Increased Security Spending Does Not Equate to Better Cybersecurity Defenses

Increasing spending on cybersecurity solutions will not necessarily mean organizations are better equipped to deal with cyber threats. While many organizations choose to increase spending on defenses to counter the increased threat, it is essential that the money is spent on solutions that are able to keep sensitive data secured. There is a tendency to keep on investing in similar technologies, even though they have been shown to be ineffective at mitigating risk.

A survey conducted by 451 Research for the Thales 2017 Data Threat Report indicated 73% of organizations had increased security spending for 2017. In 2016, security spending had been increased by 58% of organizations surveyed. While it is reassuring that organizations appreciate defenses need to be improved, an analysis of spending versus data breaches in the last 12 months shows that increased spending does not necessarily mean fewer data breaches are suffered.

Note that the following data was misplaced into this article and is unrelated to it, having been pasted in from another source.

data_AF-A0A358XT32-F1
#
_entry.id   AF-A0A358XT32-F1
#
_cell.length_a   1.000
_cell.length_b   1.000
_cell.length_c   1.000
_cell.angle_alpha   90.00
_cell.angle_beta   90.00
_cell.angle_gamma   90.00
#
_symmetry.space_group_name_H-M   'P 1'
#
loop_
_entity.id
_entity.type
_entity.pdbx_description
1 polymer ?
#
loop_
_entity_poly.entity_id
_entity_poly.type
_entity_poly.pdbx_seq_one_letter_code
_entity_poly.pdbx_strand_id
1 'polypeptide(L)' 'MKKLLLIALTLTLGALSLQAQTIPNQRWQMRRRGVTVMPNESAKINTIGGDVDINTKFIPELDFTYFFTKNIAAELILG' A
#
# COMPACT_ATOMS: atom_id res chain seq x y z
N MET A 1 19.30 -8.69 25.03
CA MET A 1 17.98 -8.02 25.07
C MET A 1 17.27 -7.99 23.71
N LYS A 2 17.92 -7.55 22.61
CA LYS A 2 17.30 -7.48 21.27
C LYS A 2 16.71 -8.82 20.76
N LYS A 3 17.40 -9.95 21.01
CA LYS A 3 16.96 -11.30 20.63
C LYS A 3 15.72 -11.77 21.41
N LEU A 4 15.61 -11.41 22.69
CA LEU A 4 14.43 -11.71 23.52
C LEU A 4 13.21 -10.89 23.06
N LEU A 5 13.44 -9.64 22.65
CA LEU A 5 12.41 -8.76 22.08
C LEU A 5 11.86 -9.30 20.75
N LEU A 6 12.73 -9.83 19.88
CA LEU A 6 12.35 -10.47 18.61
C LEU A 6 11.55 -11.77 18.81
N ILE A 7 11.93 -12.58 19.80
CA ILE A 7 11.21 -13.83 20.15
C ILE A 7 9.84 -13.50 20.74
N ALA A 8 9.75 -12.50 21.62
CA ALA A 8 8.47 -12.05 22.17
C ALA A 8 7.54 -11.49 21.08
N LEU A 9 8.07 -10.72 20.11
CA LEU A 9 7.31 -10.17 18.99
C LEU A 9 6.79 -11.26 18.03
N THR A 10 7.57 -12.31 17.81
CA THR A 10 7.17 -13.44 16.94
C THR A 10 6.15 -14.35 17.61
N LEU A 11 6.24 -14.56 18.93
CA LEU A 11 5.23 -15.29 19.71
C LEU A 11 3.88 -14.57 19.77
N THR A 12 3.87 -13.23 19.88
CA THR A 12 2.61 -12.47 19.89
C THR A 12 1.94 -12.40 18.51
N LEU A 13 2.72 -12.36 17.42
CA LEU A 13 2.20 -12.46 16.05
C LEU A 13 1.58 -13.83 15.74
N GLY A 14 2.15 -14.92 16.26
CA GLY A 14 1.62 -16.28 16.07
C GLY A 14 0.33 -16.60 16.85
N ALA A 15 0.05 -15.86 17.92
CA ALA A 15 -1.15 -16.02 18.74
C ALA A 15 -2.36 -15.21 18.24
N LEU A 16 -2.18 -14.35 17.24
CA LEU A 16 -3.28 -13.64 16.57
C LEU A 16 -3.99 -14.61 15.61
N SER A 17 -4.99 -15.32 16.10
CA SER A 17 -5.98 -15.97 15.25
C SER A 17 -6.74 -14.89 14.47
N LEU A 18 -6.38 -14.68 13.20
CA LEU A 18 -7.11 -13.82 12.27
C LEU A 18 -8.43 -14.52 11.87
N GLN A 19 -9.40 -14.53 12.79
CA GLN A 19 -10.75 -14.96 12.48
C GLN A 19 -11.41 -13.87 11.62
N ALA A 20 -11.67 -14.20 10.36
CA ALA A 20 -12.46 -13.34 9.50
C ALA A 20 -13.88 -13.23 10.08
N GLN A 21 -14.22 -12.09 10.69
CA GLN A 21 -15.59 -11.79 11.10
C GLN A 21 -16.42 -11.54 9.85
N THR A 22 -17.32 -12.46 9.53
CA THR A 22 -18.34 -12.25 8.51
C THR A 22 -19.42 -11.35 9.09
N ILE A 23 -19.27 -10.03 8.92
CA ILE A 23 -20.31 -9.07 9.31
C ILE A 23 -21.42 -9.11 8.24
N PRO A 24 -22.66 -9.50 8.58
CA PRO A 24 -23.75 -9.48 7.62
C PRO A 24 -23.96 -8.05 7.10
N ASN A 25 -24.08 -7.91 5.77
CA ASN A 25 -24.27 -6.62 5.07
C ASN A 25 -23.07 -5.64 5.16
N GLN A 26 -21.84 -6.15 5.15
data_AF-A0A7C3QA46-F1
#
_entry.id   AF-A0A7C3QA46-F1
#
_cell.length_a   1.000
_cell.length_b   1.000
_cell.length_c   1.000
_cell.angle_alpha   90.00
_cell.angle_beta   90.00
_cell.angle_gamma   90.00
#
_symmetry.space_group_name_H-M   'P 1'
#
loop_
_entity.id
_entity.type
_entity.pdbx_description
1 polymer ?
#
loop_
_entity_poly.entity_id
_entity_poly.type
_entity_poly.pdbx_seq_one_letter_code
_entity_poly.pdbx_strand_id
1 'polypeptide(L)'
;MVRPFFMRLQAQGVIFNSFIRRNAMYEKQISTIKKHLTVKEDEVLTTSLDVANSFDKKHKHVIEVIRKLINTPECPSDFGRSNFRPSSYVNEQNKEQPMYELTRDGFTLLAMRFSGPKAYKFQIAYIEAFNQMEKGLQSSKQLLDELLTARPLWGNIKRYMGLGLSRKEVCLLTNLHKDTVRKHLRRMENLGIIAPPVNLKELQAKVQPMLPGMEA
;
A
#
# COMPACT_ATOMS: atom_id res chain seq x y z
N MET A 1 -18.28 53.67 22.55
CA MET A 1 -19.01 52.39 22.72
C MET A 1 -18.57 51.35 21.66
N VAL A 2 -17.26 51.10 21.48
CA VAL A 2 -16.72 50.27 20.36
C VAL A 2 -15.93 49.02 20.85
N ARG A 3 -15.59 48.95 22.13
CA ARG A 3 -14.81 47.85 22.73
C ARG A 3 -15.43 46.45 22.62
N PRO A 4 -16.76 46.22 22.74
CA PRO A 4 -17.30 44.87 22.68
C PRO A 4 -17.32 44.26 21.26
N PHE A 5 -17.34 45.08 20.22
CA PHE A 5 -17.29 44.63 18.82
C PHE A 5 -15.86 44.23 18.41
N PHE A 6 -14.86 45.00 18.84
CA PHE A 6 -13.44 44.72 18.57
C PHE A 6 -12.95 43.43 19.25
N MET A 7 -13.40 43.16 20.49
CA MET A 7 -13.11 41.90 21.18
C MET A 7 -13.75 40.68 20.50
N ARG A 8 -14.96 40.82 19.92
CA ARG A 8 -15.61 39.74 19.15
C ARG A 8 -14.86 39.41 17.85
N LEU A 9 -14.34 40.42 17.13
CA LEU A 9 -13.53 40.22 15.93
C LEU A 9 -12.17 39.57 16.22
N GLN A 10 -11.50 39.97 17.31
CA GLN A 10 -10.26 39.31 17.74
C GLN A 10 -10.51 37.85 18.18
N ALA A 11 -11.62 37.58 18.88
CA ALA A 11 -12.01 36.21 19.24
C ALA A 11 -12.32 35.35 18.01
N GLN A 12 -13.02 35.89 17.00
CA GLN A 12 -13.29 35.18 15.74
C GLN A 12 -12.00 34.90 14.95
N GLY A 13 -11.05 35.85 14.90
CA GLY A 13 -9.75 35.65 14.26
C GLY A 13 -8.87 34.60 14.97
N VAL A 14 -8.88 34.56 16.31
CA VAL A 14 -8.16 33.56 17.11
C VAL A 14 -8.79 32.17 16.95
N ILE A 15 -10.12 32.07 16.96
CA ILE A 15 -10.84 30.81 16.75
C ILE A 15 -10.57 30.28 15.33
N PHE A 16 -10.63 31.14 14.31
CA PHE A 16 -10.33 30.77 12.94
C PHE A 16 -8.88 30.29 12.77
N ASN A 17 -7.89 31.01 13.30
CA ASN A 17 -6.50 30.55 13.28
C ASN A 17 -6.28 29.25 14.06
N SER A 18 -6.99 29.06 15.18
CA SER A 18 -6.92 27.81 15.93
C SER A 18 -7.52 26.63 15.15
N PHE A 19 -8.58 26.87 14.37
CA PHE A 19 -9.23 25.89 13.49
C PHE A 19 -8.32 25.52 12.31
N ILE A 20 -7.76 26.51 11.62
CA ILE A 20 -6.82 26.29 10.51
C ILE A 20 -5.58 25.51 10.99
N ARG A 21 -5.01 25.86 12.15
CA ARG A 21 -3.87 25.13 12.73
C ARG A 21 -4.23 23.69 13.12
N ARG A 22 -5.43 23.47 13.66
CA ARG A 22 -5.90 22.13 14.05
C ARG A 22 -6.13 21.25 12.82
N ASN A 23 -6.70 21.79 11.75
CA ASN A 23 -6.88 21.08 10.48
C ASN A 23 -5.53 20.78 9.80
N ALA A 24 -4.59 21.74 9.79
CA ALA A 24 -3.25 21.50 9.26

58% of companies increased IT  security spending last year and 26% of companies said they had experienced a data breach in the past 12 months – a 5% increase year on year.

Data breaches are continuing to occur and the frequency of attacks has increased, despite an increase in security spending. Most of the money being spent is used to improve network and endpoint security systems. When asked what the main spending priorities were, 62% said network security and 56% said endpoint security. Just 46% said the main priority was protecting data at rest with encryption.

The survey showed that 76% of IT security professionals are aware of the effectiveness of encryption for protecting sensitive data at rest, and how it was more effective than endpoint security systems. Yet, encryption was still not a major spending priority for the majority of organizations.

According to 451 Research senior analyst Garrett Bekker, organizations are continuing to spend heavily on data security systems that have worked well for them in the past, even though those technologies are now not the most effective ways to prevent data breaches.

One of the key drivers affecting IT security spending decisions is compliance with industry regulations. While compliance is important, it should not be the only consideration. In order to resist attacks from highly sophisticated attackers, organizations should look beyond compliance and concentrate on the effectiveness of technologies at mitigating risk from the key security threats.

Author: Richard Anderson

Richard Anderson is the Editor-in-Chief of